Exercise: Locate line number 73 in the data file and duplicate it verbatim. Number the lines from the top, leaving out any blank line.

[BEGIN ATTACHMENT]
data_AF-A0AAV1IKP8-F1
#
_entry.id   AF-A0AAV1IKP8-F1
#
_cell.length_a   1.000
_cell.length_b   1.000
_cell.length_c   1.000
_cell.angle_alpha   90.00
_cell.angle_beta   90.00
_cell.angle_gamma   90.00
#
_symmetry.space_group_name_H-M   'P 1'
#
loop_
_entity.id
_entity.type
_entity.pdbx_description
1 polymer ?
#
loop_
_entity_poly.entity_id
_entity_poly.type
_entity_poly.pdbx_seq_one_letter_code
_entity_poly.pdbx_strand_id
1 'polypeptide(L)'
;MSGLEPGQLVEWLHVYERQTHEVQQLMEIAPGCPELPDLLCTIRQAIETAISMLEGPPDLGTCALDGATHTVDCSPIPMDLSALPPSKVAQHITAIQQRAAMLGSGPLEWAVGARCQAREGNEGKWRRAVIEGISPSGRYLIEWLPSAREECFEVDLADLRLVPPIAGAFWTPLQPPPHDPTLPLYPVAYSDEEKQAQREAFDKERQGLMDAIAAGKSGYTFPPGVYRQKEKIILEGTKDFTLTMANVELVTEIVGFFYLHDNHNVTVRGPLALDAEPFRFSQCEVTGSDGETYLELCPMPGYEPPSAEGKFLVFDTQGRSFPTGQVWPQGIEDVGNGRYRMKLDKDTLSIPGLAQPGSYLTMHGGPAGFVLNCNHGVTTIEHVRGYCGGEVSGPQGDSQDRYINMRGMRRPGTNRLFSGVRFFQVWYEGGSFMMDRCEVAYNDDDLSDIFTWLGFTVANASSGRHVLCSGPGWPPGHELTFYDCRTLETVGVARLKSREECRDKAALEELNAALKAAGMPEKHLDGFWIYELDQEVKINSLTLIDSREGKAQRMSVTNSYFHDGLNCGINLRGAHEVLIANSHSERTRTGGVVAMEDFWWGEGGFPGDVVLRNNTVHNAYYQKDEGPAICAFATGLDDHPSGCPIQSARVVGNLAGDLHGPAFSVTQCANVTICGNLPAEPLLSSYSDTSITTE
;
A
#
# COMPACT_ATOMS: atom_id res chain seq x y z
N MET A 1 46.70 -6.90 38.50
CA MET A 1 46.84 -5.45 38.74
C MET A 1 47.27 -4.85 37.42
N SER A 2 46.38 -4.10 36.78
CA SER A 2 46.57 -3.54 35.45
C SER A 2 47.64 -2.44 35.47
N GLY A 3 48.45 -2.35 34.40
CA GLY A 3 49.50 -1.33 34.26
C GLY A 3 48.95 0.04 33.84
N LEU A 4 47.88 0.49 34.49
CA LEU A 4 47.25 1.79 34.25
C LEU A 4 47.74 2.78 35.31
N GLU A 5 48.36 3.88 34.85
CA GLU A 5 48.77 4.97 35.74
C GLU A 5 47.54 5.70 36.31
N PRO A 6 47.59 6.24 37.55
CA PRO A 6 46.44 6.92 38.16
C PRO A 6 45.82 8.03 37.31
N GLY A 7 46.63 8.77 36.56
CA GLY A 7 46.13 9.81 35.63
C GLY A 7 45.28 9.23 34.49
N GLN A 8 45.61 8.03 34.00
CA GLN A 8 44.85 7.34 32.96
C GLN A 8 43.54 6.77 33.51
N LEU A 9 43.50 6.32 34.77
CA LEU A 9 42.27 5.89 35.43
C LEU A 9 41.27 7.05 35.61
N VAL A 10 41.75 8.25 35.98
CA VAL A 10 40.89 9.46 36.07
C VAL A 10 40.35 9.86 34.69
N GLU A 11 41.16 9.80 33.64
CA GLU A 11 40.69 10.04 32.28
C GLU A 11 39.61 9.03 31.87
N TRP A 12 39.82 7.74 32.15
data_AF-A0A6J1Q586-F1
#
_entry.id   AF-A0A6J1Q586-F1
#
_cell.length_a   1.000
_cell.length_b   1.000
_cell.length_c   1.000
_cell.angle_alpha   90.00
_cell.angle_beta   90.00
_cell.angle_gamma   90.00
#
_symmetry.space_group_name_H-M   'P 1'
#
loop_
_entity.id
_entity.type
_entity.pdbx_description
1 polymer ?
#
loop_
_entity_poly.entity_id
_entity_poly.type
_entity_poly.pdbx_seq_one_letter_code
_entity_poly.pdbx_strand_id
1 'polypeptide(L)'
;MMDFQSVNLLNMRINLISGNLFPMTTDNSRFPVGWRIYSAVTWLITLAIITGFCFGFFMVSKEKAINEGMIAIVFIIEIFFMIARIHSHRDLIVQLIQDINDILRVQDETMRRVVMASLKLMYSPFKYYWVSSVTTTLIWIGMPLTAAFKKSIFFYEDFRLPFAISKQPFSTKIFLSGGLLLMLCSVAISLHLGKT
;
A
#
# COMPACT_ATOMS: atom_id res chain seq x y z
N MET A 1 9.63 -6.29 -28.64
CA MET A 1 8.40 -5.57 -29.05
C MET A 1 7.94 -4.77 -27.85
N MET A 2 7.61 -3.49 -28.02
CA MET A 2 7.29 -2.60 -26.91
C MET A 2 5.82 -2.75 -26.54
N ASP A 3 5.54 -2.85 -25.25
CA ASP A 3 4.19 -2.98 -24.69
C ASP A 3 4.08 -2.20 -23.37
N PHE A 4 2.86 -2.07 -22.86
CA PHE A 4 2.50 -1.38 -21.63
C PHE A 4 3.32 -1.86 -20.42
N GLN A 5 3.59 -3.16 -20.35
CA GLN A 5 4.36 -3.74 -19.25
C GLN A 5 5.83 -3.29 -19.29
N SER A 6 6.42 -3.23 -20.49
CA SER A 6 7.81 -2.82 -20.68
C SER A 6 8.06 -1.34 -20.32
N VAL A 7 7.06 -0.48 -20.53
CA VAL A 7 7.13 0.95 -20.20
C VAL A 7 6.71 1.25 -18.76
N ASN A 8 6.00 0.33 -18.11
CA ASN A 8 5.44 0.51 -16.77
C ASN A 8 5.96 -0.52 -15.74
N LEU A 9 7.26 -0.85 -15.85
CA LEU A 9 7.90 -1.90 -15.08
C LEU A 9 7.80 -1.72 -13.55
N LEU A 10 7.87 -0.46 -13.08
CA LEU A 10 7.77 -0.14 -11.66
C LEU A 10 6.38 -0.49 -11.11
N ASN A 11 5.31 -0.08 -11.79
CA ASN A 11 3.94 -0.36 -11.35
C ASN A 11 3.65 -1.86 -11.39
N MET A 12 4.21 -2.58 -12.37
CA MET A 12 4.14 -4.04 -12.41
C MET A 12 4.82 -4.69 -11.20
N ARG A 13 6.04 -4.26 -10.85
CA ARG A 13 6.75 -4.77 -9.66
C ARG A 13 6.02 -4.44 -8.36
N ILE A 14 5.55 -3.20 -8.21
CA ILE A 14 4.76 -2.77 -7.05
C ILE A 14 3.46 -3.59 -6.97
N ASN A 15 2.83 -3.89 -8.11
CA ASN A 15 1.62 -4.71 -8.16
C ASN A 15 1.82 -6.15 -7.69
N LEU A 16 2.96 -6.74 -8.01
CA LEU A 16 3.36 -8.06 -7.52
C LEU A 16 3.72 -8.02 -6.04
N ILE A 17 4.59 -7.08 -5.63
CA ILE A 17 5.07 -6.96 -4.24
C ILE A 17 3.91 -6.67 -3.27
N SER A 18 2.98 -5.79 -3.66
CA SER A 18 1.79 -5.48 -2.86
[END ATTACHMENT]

_cell.angle_beta   90.00